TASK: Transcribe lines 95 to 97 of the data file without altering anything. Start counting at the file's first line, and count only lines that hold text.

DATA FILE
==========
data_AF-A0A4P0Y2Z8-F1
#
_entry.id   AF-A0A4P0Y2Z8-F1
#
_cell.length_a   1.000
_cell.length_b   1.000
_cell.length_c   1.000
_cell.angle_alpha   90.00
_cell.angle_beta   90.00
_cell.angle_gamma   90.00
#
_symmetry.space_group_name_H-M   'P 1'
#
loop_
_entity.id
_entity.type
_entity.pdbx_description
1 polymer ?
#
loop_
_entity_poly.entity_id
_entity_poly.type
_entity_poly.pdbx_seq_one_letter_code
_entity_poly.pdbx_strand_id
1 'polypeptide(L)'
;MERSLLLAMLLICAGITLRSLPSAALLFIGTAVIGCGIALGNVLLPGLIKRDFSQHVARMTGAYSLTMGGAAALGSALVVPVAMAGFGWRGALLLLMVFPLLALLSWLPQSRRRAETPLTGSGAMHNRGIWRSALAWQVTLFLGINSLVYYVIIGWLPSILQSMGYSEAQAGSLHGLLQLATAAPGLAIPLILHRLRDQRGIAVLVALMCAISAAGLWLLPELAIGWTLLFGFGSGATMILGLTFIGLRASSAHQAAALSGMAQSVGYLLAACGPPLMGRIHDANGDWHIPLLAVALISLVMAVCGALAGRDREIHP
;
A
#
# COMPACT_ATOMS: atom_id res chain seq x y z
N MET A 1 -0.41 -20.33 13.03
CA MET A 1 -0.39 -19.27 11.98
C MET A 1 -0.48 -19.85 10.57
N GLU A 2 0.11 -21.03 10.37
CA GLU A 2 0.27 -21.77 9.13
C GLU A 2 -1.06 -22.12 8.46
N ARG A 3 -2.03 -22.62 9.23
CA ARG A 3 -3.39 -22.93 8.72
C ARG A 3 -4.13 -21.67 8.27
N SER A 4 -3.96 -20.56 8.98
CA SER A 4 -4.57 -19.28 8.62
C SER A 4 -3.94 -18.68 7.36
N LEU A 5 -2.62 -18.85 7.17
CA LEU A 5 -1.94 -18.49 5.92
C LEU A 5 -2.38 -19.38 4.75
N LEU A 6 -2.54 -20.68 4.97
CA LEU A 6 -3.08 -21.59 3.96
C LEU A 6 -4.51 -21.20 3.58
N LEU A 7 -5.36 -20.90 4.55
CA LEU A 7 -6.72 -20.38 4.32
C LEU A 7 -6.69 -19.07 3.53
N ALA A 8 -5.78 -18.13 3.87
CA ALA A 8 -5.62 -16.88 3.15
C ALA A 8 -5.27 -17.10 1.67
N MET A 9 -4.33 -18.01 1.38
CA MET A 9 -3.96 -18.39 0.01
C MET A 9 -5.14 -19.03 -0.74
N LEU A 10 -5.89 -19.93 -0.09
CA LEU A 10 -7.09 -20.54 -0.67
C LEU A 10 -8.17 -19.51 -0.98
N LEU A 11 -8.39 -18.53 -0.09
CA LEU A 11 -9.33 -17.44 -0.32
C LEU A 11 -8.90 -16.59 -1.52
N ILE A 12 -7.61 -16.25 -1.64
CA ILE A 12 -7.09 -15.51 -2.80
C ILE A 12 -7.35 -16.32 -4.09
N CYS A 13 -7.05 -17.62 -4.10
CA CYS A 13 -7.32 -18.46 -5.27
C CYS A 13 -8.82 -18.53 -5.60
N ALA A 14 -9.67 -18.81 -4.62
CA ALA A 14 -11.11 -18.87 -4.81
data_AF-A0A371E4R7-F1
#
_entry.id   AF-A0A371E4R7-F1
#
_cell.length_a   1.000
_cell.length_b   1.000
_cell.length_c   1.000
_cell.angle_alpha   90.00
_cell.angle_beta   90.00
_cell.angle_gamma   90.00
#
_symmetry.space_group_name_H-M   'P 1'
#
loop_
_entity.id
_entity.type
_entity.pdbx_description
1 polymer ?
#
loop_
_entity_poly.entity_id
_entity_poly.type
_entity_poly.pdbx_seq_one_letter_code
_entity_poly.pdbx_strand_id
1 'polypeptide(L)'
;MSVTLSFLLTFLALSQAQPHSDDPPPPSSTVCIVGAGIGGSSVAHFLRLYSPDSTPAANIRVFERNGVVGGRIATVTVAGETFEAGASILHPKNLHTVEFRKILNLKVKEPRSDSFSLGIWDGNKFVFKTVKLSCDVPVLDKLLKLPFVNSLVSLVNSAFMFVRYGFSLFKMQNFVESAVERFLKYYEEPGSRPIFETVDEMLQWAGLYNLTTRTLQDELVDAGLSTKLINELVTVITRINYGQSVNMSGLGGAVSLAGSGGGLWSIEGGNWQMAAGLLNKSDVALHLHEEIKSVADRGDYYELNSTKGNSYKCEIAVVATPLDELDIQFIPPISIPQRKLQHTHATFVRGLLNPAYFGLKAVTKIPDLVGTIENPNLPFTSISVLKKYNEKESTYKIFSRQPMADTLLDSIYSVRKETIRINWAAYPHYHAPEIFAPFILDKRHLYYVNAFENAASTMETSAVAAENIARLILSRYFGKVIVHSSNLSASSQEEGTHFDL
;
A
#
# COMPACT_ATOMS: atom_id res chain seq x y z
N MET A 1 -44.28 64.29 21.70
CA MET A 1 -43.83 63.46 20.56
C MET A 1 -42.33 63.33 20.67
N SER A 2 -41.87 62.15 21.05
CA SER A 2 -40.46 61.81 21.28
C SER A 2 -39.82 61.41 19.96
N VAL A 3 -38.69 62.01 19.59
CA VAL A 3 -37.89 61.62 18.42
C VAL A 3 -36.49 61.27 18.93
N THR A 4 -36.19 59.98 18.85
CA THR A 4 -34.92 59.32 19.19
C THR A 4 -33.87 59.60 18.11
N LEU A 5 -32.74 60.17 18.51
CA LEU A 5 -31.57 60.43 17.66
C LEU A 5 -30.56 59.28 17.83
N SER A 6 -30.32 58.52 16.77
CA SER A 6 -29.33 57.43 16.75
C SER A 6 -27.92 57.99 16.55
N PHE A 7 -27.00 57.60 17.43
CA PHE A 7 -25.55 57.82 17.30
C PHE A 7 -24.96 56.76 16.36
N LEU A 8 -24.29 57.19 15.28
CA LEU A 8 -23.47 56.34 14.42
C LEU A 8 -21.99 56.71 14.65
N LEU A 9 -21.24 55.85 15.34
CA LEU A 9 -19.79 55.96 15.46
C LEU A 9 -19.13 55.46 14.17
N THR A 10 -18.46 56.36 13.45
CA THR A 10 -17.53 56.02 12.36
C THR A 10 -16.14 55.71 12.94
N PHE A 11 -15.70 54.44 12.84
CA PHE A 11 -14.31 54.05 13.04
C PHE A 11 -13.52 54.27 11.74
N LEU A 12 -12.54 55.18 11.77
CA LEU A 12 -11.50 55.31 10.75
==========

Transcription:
_entity_poly.pdbx_strand_id
1 'polypeptide(L)'
;MSVTLSFLLTFLALSQAQPHSDDPPPPSSTVCIVGAGIGGSSVAHFLRLYSPDSTPAANIRVFERNGVVGGRIATVTVAGETFEAGASILHPKNLHTVEFRKILNLKVKEPRSDSFSLGIWDGNKFVFKTVKLSCDVPVLDKLLKLPFVNSLVSLVNSAFMFVRYGFSLFKMQNFVESAVERFLKYYEEPGSRPIFETVDEMLQWAGLYNLTTRTLQDELVDAGLSTKLINELVTVITRINYGQSVNMSGLGGAVSLAGSGGGLWSIEGGNWQMAAGLLNKSDVALHLHEEIKSVADRGDYYELNSTKGNSYKCEIAVVATPLDELDIQFIPPISIPQRKLQHTHATFVRGLLNPAYFGLKAVTKIPDLVGTIENPNLPFTSISVLKKYNEKESTYKIFSRQPMADTLLDSIYSVRKETIRINWAAYPHYHAPEIFAPFILDKRHLYYVNAFENAASTMETSAVAAENIARLILSRYFGKVIVHSSNLSASSQEEGTHFDL